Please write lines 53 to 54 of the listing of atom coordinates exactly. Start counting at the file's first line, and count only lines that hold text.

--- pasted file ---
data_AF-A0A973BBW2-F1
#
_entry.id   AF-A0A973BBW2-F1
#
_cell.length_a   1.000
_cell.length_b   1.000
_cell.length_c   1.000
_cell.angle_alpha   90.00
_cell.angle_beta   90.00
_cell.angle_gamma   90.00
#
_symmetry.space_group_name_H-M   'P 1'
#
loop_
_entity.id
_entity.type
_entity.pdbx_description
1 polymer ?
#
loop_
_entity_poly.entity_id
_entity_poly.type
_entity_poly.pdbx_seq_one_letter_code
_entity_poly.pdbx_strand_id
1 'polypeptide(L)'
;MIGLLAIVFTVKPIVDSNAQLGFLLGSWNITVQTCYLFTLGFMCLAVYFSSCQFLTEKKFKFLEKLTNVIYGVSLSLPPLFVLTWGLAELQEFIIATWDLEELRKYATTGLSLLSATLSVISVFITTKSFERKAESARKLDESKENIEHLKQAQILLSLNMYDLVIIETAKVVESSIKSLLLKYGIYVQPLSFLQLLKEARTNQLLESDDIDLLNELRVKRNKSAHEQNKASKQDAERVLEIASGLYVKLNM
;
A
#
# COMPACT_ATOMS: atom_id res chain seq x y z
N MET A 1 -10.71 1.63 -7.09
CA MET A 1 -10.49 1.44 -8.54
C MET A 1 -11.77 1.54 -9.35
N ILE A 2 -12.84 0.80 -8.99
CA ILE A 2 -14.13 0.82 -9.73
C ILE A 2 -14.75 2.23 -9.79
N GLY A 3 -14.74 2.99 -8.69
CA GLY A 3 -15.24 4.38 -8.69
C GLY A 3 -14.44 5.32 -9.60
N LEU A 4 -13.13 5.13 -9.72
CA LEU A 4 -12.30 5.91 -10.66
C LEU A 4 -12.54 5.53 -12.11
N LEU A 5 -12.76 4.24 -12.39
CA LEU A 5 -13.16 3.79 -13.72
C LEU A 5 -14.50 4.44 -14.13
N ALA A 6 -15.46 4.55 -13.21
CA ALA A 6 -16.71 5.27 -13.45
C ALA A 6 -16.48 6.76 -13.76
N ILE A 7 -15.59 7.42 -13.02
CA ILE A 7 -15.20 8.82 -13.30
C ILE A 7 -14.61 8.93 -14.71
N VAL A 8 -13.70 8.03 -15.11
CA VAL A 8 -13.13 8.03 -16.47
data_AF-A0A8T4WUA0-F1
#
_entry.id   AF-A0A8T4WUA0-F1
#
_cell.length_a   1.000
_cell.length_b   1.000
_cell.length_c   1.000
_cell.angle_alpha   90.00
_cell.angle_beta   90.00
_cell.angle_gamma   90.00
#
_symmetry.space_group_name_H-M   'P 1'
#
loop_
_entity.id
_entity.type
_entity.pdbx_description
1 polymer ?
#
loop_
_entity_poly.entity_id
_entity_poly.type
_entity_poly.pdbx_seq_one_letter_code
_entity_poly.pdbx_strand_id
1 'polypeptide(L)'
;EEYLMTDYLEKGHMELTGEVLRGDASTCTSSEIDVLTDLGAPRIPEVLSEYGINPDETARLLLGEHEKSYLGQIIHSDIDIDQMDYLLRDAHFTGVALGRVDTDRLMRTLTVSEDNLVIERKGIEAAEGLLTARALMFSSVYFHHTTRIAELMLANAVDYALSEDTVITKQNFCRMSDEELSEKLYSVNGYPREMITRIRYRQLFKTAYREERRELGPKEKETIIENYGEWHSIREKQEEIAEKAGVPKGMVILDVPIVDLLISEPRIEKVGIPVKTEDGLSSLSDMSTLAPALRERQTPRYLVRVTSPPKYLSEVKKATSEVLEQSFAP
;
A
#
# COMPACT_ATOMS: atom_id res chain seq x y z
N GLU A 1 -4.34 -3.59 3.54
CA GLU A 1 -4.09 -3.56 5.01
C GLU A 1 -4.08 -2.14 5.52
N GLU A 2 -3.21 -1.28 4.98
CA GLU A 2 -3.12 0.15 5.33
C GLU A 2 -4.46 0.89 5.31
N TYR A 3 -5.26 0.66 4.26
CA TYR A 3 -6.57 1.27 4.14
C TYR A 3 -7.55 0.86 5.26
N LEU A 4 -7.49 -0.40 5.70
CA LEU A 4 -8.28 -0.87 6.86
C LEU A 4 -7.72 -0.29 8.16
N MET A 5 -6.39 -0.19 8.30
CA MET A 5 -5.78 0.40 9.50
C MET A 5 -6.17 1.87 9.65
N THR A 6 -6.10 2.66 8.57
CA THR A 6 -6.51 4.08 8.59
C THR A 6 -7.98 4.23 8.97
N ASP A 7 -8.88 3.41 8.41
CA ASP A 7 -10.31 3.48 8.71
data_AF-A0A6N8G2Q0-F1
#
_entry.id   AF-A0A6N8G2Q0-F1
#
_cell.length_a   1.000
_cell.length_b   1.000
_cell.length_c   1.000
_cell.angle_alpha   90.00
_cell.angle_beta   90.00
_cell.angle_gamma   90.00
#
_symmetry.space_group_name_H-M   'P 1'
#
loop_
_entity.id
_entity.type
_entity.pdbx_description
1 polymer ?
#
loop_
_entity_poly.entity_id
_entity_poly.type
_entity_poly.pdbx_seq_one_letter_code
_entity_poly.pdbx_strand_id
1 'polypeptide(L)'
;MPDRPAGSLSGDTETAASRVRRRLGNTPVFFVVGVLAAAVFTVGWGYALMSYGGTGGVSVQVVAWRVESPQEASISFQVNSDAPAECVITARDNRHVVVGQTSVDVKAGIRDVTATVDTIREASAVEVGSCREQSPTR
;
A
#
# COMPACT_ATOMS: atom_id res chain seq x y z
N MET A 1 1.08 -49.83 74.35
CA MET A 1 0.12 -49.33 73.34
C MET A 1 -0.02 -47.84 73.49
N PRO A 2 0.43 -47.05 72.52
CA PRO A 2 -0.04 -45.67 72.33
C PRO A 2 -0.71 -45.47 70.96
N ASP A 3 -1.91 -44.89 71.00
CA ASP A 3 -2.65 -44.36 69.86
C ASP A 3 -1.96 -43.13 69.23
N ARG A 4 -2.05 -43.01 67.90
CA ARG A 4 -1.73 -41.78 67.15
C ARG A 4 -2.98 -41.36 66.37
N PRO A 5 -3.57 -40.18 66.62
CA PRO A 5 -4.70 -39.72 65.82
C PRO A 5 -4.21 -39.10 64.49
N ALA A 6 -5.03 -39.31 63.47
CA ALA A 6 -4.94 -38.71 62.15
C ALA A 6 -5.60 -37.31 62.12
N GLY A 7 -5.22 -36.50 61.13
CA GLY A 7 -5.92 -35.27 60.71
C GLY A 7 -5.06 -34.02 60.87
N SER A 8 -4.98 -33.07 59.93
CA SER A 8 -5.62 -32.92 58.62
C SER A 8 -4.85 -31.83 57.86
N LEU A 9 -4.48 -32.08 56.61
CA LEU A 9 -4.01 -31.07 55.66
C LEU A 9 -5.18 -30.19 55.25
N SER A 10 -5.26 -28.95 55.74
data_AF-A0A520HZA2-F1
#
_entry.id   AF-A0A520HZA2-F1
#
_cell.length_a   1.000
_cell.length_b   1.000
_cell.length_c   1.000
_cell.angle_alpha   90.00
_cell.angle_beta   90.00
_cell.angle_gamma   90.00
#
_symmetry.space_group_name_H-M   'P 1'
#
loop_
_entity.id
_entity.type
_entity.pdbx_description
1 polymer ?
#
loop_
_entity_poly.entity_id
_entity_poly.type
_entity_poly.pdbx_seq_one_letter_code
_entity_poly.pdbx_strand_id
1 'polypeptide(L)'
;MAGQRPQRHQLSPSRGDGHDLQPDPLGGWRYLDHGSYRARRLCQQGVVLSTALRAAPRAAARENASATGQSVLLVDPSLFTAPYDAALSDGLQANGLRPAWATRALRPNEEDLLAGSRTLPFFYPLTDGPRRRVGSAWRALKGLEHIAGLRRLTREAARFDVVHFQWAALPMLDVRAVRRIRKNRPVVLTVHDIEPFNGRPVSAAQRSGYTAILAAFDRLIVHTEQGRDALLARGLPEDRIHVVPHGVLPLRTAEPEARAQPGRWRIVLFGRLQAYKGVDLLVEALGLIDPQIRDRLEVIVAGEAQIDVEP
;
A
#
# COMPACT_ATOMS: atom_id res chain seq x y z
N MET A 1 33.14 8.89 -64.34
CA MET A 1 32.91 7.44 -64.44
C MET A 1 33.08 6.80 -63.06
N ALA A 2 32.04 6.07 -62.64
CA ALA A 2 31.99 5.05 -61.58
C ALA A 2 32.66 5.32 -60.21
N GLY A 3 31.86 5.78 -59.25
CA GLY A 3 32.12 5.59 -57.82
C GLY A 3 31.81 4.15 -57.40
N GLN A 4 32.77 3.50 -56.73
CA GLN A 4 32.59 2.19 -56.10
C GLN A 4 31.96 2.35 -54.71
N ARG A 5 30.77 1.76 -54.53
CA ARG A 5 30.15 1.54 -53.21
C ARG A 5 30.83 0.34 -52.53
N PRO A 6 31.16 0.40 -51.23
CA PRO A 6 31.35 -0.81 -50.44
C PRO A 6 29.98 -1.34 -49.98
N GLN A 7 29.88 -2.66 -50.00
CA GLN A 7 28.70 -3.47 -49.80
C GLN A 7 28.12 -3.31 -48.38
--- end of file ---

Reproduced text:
CA VAL A 8 -13.13 8.03 -16.47
data_AF-A0A8T4WUA0-F1